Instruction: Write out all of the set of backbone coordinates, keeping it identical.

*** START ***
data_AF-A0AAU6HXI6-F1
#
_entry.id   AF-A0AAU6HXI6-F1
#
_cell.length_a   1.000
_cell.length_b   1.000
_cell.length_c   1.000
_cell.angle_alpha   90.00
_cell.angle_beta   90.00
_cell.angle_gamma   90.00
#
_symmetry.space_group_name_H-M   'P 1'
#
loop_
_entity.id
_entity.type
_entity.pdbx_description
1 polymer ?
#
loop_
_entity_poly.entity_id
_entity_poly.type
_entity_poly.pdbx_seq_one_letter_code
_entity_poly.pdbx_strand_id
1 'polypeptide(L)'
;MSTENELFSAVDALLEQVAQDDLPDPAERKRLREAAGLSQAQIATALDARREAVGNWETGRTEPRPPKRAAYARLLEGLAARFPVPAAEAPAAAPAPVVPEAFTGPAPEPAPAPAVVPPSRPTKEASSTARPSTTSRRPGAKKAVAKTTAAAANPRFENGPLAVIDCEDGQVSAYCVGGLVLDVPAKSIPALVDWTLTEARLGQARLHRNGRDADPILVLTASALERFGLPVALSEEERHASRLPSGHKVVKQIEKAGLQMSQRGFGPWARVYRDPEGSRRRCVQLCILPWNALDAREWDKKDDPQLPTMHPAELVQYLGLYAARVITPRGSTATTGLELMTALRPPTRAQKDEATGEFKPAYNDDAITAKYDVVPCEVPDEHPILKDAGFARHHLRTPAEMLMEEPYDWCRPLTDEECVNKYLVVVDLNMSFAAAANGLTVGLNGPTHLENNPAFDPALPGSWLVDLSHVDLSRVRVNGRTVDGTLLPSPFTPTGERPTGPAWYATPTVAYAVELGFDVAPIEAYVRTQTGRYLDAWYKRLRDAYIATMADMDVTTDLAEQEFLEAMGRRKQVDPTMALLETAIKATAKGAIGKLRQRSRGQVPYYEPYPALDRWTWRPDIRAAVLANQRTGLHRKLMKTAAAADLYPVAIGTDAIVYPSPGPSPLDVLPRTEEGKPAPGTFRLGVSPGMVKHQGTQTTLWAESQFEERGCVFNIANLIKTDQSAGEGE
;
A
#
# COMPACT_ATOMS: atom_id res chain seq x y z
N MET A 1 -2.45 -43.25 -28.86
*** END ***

data_AF-A0AAU6HXI6-F1
#
_entry.id   AF-A0AAU6HXI6-F1
#
_cell.length_a   1.000
_cell.length_b   1.000
_cell.length_c   1.000
_cell.angle_alpha   90.00
_cell.angle_beta   90.00
_cell.angle_gamma   90.00
#
_symmetry.space_group_name_H-M   'P 1'
#
loop_
_entity.id
_entity.type
_entity.pdbx_description
1 polymer ?
#
loop_
_entity_poly.entity_id
_entity_poly.type
_entity_poly.pdbx_seq_one_letter_code
_entity_poly.pdbx_strand_id
1 'polypeptide(L)'
;MSTENELFSAVDALLEQVAQDDLPDPAERKRLREAAGLSQAQIATALDARREAVGNWETGRTEPRPPKRAAYARLLEGLAARFPVPAAEAPAAAPAPVVPEAFTGPAPEPAPAPAVVPPSRPTKEASSTARPSTTSRRPGAKKAVAKTTAAAANPRFENGPLAVIDCEDGQVSAYCVGGLVLDVPAKSIPALVDWTLTEARLGQARLHRNGRDADPILVLTASALERFGLPVALSEEERHASRLPSGHKVVKQIEKAGLQMSQRGFGPWARVYRDPEGSRRRCVQLCILPWNALDAREWDKKDDPQLPTMHPAELVQYLGLYAARVITPRGSTATTGLELMTALRPPTRAQKDEATGEFKPAYNDDAITAKYDVVPCEVPDEHPILKDAGFARHHLRTPAEMLMEEPYDWCRPLTDEECVNKYLVVVDLNMSFAAAANGLTVGLNGPTHLENNPAFDPALPGSWLVDLSHVDLSRVRVNGRTVDGTLLPSPFTPTGERPTGPAWYATPTVAYAVELGFDVAPIEAYVRTQTGRYLDAWYKRLRDAYIATMADMDVTTDLAEQEFLEAMGRRKQVDPTMALLETAIKATAKGAIGKLRQRSRGQVPYYEPYPALDRWTWRPDIRAAVLANQRTGLHRKLMKTAAAADLYPVAIGTDAIVYPSPGPSPLDVLPRTEEGKPAPGTFRLGVSPGMVKHQGTQTTLWAESQFEERGCVFNIANLIKTDQSAGEGE
;
A
#
# COMPACT_ATOMS: atom_id res chain seq x y z
N MET A 1 -2.45 -43.25 -28.86